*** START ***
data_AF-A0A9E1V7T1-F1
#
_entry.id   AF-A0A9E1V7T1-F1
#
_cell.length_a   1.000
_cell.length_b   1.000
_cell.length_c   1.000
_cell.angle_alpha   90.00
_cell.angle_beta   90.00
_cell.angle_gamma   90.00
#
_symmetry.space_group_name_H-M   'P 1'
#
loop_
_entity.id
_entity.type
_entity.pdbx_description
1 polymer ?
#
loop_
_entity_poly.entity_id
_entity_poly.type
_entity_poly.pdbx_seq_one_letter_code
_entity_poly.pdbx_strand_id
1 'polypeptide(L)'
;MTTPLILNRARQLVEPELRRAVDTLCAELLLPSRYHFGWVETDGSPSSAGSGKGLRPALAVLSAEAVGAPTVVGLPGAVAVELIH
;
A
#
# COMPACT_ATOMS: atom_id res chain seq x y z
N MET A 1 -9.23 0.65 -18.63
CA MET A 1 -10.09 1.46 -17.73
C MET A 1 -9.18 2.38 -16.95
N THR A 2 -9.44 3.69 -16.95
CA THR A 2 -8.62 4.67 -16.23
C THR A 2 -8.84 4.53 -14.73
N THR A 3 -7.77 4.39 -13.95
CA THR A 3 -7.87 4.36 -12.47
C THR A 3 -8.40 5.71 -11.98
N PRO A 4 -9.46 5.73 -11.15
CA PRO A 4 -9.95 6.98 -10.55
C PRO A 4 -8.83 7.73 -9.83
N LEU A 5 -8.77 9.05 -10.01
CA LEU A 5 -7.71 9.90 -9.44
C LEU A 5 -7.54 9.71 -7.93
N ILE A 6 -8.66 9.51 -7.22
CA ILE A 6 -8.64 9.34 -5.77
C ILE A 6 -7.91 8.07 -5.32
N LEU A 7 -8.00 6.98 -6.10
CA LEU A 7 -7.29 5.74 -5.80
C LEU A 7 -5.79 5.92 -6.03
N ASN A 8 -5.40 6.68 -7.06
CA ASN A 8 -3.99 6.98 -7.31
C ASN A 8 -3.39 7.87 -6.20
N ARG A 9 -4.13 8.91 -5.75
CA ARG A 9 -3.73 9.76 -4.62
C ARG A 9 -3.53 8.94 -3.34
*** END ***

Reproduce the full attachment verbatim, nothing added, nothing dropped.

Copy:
data_AF-A0A9E1V7T1-F1
#
_entry.id   AF-A0A9E1V7T1-F1
#
_cell.length_a   1.000
_cell.length_b   1.000
_cell.length_c   1.000
_cell.angle_alpha   90.00
_cell.angle_beta   90.00
_cell.angle_gamma   90.00
#
_symmetry.space_group_name_H-M   'P 1'
#
loop_
_entity.id
_entity.type
_entity.pdbx_description
1 polymer ?
#
loop_
_entity_poly.entity_id
_entity_poly.type
_entity_poly.pdbx_seq_one_letter_code
_entity_poly.pdbx_strand_id
1 'polypeptide(L)'
;MTTPLILNRARQLVEPELRRAVDTLCAELLLPSRYHFGWVETDGSPSSAGSGKGLRPALAVLSAEAVGAPTVVGLPGAVAVELIH
;
A
#
# COMPACT_ATOMS: atom_id res chain seq x y z
N MET A 1 -9.23 0.65 -18.63
CA MET A 1 -10.09 1.46 -17.73
C MET A 1 -9.18 2.38 -16.95
N THR A 2 -9.44 3.69 -16.95
CA THR A 2 -8.62 4.67 -16.23
C THR A 2 -8.84 4.53 -14.73
N THR A 3 -7.77 4.39 -13.95
CA THR A 3 -7.87 4.36 -12.47
C THR A 3 -8.40 5.71 -11.98
N PRO A 4 -9.46 5.73 -11.15
CA PRO A 4 -9.95 6.98 -10.55
C PRO A 4 -8.83 7.73 -9.83
N LEU A 5 -8.77 9.05 -10.01
CA LEU A 5 -7.71 9.90 -9.44
C LEU A 5 -7.54 9.71 -7.93
N ILE A 6 -8.66 9.51 -7.22
CA ILE A 6 -8.64 9.34 -5.77
C ILE A 6 -7.91 8.07 -5.32
N LEU A 7 -8.00 6.98 -6.10
CA LEU A 7 -7.29 5.74 -5.80
C LEU A 7 -5.79 5.92 -6.03
N ASN A 8 -5.40 6.68 -7.06
CA ASN A 8 -3.99 6.98 -7.31
C ASN A 8 -3.39 7.87 -6.20
N ARG A 9 -4.13 8.91 -5.75
CA ARG A 9 -3.73 9.76 -4.62
C ARG A 9 -3.53 8.94 -3.34